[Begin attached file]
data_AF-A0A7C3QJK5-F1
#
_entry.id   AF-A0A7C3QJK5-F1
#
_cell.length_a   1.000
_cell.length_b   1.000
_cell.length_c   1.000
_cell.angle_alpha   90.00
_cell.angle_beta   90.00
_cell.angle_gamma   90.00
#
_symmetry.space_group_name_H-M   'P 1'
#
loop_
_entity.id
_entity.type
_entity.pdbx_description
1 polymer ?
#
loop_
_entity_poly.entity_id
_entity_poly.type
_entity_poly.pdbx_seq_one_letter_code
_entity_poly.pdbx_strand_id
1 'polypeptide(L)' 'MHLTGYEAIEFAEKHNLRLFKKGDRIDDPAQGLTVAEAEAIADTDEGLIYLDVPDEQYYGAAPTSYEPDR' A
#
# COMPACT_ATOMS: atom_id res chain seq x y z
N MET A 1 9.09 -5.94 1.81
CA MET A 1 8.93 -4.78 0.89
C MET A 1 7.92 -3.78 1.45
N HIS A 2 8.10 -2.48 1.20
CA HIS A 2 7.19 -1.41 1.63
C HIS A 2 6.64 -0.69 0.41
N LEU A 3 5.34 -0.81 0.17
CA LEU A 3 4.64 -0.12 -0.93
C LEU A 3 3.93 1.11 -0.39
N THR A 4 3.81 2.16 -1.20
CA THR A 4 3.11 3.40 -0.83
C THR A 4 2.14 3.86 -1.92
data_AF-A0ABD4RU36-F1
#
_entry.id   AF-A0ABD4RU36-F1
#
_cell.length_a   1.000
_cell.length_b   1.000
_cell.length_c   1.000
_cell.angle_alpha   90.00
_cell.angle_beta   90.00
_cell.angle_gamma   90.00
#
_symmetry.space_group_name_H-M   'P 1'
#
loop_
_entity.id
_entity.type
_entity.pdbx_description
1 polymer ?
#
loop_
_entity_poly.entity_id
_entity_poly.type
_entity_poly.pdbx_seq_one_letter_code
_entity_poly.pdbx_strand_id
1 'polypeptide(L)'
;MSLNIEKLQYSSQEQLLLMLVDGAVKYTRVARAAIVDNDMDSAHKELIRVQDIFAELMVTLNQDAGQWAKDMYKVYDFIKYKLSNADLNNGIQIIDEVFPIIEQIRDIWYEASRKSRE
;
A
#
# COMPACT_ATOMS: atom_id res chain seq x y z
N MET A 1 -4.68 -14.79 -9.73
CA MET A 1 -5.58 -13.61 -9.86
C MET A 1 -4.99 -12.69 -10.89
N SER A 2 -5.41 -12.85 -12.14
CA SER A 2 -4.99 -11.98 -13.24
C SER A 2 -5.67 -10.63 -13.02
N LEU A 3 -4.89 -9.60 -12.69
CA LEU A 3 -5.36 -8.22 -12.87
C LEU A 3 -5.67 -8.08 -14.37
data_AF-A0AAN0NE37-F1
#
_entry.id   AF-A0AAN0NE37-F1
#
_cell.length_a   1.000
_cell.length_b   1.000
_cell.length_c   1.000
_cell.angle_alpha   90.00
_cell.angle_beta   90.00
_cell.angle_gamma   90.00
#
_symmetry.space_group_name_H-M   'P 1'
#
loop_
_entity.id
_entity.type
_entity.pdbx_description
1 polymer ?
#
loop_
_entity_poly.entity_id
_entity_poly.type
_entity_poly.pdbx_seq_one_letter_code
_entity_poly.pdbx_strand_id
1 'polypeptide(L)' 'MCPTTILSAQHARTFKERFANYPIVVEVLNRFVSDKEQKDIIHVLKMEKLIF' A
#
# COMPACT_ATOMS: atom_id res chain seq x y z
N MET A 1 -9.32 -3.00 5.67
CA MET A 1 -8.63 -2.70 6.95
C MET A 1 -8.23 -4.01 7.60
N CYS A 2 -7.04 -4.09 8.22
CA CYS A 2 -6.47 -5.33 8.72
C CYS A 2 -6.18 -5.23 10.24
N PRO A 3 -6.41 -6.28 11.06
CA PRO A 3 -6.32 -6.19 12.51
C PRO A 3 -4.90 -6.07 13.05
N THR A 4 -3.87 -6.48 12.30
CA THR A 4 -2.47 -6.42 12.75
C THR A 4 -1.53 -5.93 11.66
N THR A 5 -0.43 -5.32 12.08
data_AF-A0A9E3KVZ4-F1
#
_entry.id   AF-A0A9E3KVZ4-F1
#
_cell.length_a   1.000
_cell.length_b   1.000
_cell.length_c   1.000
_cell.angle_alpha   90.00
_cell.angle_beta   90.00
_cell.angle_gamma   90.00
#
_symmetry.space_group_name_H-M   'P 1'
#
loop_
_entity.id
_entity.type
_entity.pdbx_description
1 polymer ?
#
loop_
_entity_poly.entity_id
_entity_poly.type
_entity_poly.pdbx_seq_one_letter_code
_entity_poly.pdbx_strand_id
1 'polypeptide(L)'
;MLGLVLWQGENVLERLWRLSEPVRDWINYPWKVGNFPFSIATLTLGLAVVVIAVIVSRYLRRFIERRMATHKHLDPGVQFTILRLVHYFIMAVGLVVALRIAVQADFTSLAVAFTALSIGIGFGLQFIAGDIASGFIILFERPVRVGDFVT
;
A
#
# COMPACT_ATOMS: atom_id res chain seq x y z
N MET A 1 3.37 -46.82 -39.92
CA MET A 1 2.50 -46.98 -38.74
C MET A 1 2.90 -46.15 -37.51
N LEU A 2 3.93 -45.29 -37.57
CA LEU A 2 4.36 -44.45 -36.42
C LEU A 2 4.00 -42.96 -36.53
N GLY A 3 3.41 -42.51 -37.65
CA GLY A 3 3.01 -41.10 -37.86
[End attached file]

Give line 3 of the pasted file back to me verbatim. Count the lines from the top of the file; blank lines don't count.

_entry.id   AF-A0A7C3QJK5-F1